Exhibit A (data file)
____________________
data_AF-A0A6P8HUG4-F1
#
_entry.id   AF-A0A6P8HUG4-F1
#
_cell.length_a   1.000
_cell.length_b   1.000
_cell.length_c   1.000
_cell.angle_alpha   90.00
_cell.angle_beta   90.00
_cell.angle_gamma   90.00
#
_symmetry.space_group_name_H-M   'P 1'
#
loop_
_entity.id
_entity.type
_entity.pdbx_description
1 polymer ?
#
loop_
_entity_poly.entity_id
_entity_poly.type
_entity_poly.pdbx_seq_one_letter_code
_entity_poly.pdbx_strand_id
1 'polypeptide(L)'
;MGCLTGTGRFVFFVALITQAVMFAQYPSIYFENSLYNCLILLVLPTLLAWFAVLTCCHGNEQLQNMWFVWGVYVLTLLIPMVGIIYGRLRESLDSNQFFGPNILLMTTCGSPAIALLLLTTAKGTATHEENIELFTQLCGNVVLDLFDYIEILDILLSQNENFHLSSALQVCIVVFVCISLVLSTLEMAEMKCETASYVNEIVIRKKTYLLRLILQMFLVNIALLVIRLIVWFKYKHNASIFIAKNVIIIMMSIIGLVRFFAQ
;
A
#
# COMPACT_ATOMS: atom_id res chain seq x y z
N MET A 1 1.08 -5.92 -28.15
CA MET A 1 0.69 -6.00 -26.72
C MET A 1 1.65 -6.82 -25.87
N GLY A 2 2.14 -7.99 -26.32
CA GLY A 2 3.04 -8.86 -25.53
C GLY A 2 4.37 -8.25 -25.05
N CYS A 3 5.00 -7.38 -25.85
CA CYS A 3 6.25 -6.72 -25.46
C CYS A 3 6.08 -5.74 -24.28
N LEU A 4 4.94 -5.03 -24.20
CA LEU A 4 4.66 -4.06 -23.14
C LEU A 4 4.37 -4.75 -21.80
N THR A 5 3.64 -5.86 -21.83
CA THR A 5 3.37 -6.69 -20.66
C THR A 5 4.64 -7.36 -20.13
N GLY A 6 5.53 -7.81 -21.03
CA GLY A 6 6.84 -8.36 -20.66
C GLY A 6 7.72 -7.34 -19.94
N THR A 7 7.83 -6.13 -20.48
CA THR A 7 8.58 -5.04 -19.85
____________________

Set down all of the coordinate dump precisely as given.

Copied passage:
data_AF-A0A6P8HUG4-F1
#
_entry.id   AF-A0A6P8HUG4-F1
#
_cell.length_a   1.000
_cell.length_b   1.000
_cell.length_c   1.000
_cell.angle_alpha   90.00
_cell.angle_beta   90.00
_cell.angle_gamma   90.00
#
_symmetry.space_group_name_H-M   'P 1'
#
loop_
_entity.id
_entity.type
_entity.pdbx_description
1 polymer ?
#
loop_
_entity_poly.entity_id
_entity_poly.type
_entity_poly.pdbx_seq_one_letter_code
_entity_poly.pdbx_strand_id
1 'polypeptide(L)'
;MGCLTGTGRFVFFVALITQAVMFAQYPSIYFENSLYNCLILLVLPTLLAWFAVLTCCHGNEQLQNMWFVWGVYVLTLLIPMVGIIYGRLRESLDSNQFFGPNILLMTTCGSPAIALLLLTTAKGTATHEENIELFTQLCGNVVLDLFDYIEILDILLSQNENFHLSSALQVCIVVFVCISLVLSTLEMAEMKCETASYVNEIVIRKKTYLLRLILQMFLVNIALLVIRLIVWFKYKHNASIFIAKNVIIIMMSIIGLVRFFAQ
;
A
#
# COMPACT_ATOMS: atom_id res chain seq x y z
N MET A 1 1.08 -5.92 -28.15
CA MET A 1 0.69 -6.00 -26.72
C MET A 1 1.65 -6.82 -25.87
N GLY A 2 2.14 -7.99 -26.32
CA GLY A 2 3.04 -8.86 -25.53
C GLY A 2 4.37 -8.25 -25.05
N CYS A 3 5.00 -7.38 -25.85
CA CYS A 3 6.25 -6.72 -25.46
C CYS A 3 6.08 -5.74 -24.28
N LEU A 4 4.94 -5.03 -24.20
CA LEU A 4 4.66 -4.06 -23.14
C LEU A 4 4.37 -4.75 -21.80
N THR A 5 3.64 -5.86 -21.83
CA THR A 5 3.37 -6.69 -20.66
C THR A 5 4.64 -7.36 -20.13
N GLY A 6 5.53 -7.81 -21.03
CA GLY A 6 6.84 -8.36 -20.66
C GLY A 6 7.72 -7.34 -19.94
N THR A 7 7.83 -6.13 -20.48
CA THR A 7 8.58 -5.04 -19.85